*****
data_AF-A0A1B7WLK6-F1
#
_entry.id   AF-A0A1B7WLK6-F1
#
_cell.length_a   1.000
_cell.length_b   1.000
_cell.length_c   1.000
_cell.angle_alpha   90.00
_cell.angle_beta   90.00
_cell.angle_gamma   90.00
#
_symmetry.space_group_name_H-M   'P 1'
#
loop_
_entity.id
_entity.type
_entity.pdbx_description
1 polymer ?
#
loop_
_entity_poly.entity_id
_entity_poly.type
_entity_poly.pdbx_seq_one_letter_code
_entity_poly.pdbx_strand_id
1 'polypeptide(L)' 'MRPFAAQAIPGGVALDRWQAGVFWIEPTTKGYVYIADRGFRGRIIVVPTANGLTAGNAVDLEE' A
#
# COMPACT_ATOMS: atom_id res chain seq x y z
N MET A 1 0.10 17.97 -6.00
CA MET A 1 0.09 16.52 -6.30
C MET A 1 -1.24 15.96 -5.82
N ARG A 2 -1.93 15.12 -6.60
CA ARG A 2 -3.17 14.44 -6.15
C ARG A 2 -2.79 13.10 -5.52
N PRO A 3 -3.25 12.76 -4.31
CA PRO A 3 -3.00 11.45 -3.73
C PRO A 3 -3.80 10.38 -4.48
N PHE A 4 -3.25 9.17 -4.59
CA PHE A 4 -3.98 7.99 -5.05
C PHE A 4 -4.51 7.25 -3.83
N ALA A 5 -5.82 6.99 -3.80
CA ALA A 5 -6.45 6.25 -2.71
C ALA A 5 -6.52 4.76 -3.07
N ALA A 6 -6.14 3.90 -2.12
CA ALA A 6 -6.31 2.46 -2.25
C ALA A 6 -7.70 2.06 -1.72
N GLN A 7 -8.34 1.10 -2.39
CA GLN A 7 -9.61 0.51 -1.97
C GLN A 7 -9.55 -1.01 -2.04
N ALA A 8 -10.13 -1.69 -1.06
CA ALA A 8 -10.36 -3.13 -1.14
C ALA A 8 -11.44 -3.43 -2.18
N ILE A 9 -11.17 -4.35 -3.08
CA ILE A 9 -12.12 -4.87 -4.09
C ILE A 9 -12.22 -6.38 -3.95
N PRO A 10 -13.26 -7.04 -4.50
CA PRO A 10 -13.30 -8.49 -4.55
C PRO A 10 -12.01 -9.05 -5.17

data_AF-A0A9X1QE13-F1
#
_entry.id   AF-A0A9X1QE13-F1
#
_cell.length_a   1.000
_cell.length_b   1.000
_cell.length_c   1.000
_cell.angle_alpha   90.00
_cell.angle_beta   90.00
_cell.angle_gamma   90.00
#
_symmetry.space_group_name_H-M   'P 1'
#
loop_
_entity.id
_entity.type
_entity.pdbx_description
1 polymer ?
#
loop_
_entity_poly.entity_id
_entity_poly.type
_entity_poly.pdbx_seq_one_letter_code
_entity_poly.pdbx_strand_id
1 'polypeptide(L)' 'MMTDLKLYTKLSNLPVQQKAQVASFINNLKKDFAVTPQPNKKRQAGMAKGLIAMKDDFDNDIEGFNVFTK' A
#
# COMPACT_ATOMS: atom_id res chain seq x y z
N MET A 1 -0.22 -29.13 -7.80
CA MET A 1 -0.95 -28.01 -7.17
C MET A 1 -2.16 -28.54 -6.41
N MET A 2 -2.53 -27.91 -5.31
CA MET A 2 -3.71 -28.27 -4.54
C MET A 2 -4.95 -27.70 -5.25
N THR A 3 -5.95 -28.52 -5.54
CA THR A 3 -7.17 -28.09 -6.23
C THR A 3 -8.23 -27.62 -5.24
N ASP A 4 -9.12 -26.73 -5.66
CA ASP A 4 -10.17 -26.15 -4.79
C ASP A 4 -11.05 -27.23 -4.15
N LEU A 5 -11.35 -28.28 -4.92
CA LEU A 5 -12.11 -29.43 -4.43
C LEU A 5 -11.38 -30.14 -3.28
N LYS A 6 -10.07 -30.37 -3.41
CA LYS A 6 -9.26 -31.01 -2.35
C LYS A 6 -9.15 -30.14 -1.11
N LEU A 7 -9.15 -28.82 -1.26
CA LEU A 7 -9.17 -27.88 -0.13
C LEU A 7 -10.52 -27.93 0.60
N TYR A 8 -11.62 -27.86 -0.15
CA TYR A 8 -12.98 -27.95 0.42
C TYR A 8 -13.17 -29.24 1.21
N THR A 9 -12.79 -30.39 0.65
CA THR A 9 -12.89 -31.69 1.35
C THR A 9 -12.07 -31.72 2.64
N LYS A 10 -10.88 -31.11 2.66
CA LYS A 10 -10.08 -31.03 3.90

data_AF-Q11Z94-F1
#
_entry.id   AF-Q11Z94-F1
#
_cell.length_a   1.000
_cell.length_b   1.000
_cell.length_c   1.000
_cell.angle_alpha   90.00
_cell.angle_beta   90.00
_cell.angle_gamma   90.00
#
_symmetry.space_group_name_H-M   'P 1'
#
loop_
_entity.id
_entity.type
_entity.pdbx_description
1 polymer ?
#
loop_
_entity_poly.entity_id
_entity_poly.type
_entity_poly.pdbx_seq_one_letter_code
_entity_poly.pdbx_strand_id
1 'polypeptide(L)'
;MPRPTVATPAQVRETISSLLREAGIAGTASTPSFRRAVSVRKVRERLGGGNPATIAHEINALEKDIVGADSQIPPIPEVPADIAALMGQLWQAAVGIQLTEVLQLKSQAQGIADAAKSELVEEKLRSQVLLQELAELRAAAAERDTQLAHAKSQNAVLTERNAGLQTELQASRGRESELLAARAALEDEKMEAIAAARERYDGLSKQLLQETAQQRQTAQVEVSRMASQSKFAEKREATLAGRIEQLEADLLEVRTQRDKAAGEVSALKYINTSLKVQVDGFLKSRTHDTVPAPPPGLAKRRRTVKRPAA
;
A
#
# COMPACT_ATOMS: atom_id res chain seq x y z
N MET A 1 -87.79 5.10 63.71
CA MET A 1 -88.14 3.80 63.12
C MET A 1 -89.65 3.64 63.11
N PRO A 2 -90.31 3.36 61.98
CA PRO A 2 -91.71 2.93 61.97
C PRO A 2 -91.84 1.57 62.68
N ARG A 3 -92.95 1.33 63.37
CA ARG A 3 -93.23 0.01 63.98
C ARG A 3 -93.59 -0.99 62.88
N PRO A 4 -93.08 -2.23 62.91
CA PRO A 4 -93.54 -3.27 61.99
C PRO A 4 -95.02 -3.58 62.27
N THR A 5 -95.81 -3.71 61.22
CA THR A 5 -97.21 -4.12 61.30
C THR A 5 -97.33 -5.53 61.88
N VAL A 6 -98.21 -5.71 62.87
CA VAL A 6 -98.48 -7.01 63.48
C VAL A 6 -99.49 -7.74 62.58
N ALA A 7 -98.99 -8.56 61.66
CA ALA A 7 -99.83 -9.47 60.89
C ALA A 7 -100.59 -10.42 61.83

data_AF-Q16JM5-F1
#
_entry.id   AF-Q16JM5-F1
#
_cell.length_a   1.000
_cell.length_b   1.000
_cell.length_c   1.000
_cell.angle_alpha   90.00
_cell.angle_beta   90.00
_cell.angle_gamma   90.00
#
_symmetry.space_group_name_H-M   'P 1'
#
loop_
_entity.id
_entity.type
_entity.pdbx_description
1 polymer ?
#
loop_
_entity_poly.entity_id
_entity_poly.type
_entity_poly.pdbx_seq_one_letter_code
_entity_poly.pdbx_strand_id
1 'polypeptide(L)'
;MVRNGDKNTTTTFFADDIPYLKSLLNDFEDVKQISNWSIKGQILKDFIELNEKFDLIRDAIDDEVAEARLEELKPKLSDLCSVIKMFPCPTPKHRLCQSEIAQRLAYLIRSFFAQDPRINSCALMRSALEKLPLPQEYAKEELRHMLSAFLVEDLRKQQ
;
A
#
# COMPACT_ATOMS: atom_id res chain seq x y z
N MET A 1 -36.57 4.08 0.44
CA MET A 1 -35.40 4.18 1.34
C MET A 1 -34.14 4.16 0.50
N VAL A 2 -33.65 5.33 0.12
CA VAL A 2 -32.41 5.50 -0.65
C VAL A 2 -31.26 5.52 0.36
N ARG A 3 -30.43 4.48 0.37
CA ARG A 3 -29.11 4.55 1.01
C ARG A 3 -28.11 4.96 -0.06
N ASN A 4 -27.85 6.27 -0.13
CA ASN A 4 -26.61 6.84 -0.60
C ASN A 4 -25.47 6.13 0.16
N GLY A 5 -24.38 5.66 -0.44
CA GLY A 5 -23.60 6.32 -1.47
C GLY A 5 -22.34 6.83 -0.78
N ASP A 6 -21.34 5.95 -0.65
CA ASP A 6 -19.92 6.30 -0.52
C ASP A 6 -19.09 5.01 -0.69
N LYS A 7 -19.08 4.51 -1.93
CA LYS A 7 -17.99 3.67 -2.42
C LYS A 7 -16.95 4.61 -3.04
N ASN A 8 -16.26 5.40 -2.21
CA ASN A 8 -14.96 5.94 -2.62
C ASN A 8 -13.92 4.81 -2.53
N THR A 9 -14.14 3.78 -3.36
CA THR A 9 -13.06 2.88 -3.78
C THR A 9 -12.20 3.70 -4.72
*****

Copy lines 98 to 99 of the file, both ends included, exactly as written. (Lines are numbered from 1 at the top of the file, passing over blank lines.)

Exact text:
CA LEU A 5 -12.11 -29.43 -4.43
C LEU A 5 -11.38 -30.14 -3.28